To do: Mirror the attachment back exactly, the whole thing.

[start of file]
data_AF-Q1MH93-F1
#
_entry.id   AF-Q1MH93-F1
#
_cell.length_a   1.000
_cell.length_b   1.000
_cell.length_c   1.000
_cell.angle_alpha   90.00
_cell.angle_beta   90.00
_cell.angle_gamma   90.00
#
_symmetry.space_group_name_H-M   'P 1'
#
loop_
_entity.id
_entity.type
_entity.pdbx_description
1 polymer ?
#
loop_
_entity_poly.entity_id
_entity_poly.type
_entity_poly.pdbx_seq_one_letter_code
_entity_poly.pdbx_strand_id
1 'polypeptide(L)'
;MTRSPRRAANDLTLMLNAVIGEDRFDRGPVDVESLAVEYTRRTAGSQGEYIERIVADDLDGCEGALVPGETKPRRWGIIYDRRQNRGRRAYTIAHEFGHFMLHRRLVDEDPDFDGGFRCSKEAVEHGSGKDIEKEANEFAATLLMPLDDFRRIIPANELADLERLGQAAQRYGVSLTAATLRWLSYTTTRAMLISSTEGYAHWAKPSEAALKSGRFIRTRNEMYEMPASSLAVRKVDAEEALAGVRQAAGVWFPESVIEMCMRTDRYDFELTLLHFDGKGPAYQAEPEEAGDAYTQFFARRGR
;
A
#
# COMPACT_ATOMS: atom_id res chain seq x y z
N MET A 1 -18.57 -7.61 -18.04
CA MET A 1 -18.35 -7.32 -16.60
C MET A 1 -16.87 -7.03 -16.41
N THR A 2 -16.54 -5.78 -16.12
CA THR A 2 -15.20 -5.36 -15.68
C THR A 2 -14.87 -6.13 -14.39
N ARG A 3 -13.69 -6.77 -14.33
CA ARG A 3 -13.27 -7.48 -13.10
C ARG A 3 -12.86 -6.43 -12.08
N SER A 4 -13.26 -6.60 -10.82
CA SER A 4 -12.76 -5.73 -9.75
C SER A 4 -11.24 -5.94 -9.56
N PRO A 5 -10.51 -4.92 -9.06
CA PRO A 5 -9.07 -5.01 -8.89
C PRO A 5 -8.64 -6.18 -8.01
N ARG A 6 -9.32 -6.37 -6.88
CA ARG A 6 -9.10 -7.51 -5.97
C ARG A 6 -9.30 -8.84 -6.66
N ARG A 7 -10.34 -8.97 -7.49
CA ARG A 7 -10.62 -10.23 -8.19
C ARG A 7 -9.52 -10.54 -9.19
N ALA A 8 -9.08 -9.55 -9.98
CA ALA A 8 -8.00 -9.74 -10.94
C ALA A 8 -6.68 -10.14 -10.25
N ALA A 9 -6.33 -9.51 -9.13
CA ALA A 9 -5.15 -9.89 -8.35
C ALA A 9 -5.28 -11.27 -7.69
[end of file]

data_AF-Q1MH93-F1
#
_entry.id   AF-Q1MH93-F1
#
_cell.length_a   1.000
_cell.length_b   1.000
_cell.length_c   1.000
_cell.angle_alpha   90.00
_cell.angle_beta   90.00
_cell.angle_gamma   90.00
#
_symmetry.space_group_name_H-M   'P 1'
#
loop_
_entity.id
_entity.type
_entity.pdbx_description
1 polymer ?
#
loop_
_entity_poly.entity_id
_entity_poly.type
_entity_poly.pdbx_seq_one_letter_code
_entity_poly.pdbx_strand_id
1 'polypeptide(L)'
;MTRSPRRAANDLTLMLNAVIGEDRFDRGPVDVESLAVEYTRRTAGSQGEYIERIVADDLDGCEGALVPGETKPRRWGIIYDRRQNRGRRAYTIAHEFGHFMLHRRLVDEDPDFDGGFRCSKEAVEHGSGKDIEKEANEFAATLLMPLDDFRRIIPANELADLERLGQAAQRYGVSLTAATLRWLSYTTTRAMLISSTEGYAHWAKPSEAALKSGRFIRTRNEMYEMPASSLAVRKVDAEEALAGVRQAAGVWFPESVIEMCMRTDRYDFELTLLHFDGKGPAYQAEPEEAGDAYTQFFARRGR
;
A
#
# COMPACT_ATOMS: atom_id res chain seq x y z
N MET A 1 -18.57 -7.61 -18.04
CA MET A 1 -18.35 -7.32 -16.60
C MET A 1 -16.87 -7.03 -16.41
N THR A 2 -16.54 -5.78 -16.12
CA THR A 2 -15.20 -5.36 -15.68
C THR A 2 -14.87 -6.13 -14.39
N ARG A 3 -13.69 -6.77 -14.33
CA ARG A 3 -13.27 -7.48 -13.10
C ARG A 3 -12.86 -6.43 -12.08
N SER A 4 -13.26 -6.60 -10.82
CA SER A 4 -12.76 -5.73 -9.75
C SER A 4 -11.24 -5.94 -9.56
N PRO A 5 -10.51 -4.92 -9.06
CA PRO A 5 -9.07 -5.01 -8.89
C PRO A 5 -8.64 -6.18 -8.01
N ARG A 6 -9.32 -6.37 -6.88
CA ARG A 6 -9.10 -7.51 -5.97
C ARG A 6 -9.30 -8.84 -6.66
N ARG A 7 -10.34 -8.97 -7.49
CA ARG A 7 -10.62 -10.23 -8.19
C ARG A 7 -9.52 -10.54 -9.19
N ALA A 8 -9.08 -9.55 -9.98
CA ALA A 8 -8.00 -9.74 -10.94
C ALA A 8 -6.68 -10.14 -10.25
N ALA A 9 -6.33 -9.51 -9.13
CA ALA A 9 -5.15 -9.89 -8.35
C ALA A 9 -5.28 -11.27 -7.69